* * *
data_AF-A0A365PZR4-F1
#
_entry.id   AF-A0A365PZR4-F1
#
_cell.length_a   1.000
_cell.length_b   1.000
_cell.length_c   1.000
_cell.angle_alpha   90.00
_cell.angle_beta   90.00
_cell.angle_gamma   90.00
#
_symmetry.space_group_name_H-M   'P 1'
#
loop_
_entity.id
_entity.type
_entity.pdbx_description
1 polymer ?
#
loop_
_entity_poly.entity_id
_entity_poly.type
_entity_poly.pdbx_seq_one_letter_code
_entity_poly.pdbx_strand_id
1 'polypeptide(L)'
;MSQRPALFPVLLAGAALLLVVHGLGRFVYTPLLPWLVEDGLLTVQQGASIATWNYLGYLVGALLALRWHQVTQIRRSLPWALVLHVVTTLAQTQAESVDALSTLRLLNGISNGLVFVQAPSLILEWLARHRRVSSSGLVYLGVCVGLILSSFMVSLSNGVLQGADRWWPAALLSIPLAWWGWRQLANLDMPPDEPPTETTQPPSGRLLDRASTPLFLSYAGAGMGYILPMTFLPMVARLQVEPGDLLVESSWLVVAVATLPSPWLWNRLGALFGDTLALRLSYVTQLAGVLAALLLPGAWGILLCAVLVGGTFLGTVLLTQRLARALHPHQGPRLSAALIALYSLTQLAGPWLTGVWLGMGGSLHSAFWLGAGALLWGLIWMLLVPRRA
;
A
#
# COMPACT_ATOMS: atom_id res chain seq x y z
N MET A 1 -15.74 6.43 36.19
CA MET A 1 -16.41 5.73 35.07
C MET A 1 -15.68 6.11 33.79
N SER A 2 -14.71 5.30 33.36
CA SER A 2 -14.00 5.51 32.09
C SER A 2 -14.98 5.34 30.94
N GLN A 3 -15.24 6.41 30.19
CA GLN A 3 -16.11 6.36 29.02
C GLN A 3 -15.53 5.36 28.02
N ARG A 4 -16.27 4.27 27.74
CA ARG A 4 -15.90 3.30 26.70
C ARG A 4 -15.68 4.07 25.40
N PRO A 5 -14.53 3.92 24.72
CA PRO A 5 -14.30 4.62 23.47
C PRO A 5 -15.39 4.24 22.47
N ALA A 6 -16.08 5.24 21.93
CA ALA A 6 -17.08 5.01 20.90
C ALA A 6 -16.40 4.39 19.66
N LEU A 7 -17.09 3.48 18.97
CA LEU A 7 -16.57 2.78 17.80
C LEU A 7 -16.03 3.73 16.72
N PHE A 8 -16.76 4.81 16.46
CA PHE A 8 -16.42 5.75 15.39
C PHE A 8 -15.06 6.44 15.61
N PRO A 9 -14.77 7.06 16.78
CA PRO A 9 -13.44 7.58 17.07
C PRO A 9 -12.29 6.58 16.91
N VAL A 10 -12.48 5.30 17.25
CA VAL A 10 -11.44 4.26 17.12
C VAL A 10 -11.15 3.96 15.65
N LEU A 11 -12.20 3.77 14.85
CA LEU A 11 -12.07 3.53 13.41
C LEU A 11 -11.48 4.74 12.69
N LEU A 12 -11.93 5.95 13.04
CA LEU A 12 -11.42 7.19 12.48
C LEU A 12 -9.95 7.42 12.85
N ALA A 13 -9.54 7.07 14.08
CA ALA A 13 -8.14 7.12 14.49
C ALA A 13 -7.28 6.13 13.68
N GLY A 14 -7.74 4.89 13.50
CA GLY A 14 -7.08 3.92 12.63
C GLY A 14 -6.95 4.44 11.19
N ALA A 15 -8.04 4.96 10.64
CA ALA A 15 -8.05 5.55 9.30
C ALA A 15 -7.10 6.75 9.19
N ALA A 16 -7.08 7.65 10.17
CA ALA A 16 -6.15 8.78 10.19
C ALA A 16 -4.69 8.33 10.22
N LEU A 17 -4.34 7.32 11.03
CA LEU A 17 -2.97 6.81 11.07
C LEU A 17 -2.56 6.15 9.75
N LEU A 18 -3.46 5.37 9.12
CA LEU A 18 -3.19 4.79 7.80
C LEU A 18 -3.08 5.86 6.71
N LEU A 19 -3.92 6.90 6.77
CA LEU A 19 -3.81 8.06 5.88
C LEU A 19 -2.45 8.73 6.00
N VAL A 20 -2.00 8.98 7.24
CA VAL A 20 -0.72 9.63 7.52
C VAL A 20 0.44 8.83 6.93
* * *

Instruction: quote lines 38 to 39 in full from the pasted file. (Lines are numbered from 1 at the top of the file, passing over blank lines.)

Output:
CA GLN A 3 -16.11 6.36 29.02
C GLN A 3 -15.53 5.36 28.02